Stories of her clairvoyant prowess included her ability to tell where the body of Morgan Doxtader would be found. She was also able to tell that it was his cousin Edgar Harter who murdered him. He later was hanged for the crime in Brockville.

Another man who had lost several sheep came to her to find out where his missing animals were. She told him that the meat was in a barrel in his neighbour’s cellar and that the hides were tacked on the walls of this neighbour’s stable. Although his name isn’t mentioned, she did tell the man who this neighbour was. When he checked the stables, he found the hides of his missing sheep where she said they would be.

A young woman, about to be married, was told that she would marry, have children and live in a house beside a railroad track. During this time, one of her children would be killed. The young woman did marry, have children and the family did move to a house next to a railroad track. The young mother was in constant terror that one of her children would be hit by a train and killed. Eventually, one of her children was killed, but it was the result of a kick from a horse in their own yard.

Dr. W. F. Jackson came to Mother Barnes to find a missing deed. She told him that “It is tied with a blue satin ribbon and is hidden in a white satin slipper in the home of a relative,” whose name she also mentioned. When the house was later searched, the deed was found in the slipper which was hidden in a dresser drawer.

A Mr. Bailey of Innisfil came to find out where his horses had disappeared. During his visit with Mother Barnes, she told him that while one of his fields was terrible grazing land, it was very valuable. After Mr. Bailey sold the farm, the new owner opened a gravel pit in this field which made him thousands of dollars.

A group of young people drove to her cabin to have their fortunes told. One girl, who was visiting the area, asked Mother Barnes if she would marry the young man she was currently “keeping company with.” She was told no, that she would marry the young man who had driven them this day. When he later entered the room, he was told that the young lady who had just left would be his wife. The two eventually married, but it is entirely possible that the prophesy is what gave them the idea.

Before Confederation, Canada was two provinces—Upper and Lower Canada. The capital had been shifted about many times. John A. Macdonald, then attorney general for Upper Canada, went to Mother Barnes to see if she could tell where the location of the new capital would be. She told him that Queen Victoria would pick the city on the south side of the Ottawa River known as Bytown, now known as Ottawa. She also went on to predict that this young man would become prime minister.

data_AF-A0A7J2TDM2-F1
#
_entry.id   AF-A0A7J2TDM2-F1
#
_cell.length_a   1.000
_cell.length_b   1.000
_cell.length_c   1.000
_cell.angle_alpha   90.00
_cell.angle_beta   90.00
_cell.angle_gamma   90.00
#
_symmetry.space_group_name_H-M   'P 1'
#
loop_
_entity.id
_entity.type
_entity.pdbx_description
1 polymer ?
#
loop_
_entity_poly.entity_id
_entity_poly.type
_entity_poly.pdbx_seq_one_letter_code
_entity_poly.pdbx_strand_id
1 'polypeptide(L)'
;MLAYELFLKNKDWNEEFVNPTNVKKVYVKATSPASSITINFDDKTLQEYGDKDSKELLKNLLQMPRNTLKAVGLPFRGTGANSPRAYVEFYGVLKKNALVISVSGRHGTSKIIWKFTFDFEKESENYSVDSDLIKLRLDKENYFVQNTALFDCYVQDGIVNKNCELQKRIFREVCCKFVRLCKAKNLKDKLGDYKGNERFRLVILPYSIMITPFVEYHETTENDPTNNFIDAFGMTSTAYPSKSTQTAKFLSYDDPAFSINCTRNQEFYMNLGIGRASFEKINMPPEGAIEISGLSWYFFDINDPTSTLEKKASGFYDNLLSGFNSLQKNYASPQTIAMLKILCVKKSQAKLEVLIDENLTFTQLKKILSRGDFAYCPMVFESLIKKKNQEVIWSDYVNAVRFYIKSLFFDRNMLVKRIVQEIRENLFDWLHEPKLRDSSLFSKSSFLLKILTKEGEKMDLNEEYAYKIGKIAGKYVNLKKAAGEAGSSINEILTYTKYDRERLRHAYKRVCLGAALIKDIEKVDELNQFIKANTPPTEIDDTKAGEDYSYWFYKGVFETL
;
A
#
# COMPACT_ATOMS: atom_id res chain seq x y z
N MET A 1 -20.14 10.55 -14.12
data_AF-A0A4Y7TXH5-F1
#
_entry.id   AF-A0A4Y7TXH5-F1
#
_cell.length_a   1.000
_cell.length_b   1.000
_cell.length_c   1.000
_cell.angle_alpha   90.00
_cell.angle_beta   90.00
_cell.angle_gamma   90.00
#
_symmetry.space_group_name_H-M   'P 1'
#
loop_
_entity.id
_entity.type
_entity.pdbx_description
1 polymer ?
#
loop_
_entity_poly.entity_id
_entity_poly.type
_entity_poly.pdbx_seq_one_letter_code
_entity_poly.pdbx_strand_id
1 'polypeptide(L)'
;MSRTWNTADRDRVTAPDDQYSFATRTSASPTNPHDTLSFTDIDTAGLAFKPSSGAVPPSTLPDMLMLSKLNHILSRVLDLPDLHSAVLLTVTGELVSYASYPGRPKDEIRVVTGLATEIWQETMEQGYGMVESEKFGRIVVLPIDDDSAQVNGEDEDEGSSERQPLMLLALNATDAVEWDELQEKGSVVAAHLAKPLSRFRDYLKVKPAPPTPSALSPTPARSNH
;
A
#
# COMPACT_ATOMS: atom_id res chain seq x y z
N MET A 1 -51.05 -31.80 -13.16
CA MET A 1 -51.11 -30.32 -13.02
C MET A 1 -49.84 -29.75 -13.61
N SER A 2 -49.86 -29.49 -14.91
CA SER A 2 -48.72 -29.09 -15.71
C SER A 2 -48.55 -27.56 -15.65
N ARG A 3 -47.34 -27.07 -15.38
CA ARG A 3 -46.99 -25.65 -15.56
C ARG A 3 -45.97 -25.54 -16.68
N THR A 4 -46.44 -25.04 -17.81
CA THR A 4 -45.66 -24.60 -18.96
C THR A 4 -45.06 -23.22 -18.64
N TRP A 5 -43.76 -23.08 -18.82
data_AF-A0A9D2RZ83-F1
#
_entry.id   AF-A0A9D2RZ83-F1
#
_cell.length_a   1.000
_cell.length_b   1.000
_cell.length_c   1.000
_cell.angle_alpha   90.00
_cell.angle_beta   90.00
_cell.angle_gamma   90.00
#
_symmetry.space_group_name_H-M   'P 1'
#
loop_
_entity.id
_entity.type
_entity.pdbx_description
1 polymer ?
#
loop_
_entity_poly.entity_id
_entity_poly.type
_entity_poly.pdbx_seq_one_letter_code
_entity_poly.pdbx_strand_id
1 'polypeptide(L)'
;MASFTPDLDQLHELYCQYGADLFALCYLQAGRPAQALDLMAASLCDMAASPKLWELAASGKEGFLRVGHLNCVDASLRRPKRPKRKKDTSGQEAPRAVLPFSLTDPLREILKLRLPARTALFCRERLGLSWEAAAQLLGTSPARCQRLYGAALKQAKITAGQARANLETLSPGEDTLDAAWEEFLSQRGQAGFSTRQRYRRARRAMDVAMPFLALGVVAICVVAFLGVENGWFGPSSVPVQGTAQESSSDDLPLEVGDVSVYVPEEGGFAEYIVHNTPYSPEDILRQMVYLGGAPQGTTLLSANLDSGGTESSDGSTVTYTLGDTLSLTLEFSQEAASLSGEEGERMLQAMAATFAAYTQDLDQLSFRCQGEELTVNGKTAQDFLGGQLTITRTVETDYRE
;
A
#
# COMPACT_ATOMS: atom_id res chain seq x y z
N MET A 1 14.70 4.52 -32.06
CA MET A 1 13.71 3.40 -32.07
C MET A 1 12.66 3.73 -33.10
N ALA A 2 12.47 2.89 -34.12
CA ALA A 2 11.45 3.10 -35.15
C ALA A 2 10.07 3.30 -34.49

Elizabeth Barnes was a small woman, barely five feet tall, with slender hands and tapered fingers. Her sharp, penetrating eyes were of great value to her as she read not so much the tea leaves of the people who came to see her, but their faces.

In addition to her own family, she raised three orphan children. When she died, she left 68 direct living descendants: seven children, 47 grandchildren, and 14 great-grandchildren.

Elizabeth Barnes was buried in an unmarked grave in the Sheldon Cemetery. In later years, a headstone was erected by Claude and Ella Flood, cheese makers at nearby Plum Hollow from 1924 to 1974, to mark her previously unmarked grave. This stone uses 1794 as the year of her birth and 1886 as the year of her death.

The little cabin still stands, although in a serious state of disrepair. The June day that the author drove by the site, a blue tarp covered a good portion of the roof and it appeared that there were windows stacked neatly against each other at one end of the cottage. A large boulder with a commemorative plaque, erected by her descendants, stands under the shade of a tree, proclaiming the site to be the “Home of Mother Barnes.”

Sometime after the author’s visit in June, the property has been put up for sale. The current owner wanted to restore the cabin and had begun shoring up the structure. The plaque has been removed from the boulder because it had been used as target practice and the owner didn’t want it to be damaged further. With the exception of its “local historical” significance, there is no other historic designation.

We can only hope that the future owner of the property is as sympathetic to the local significance of the site and continues the restoration efforts of the current owner.

This is an original story, first published in The Country Connection Magazine, Issue 41, Winter 2003. Copyright Melanie King.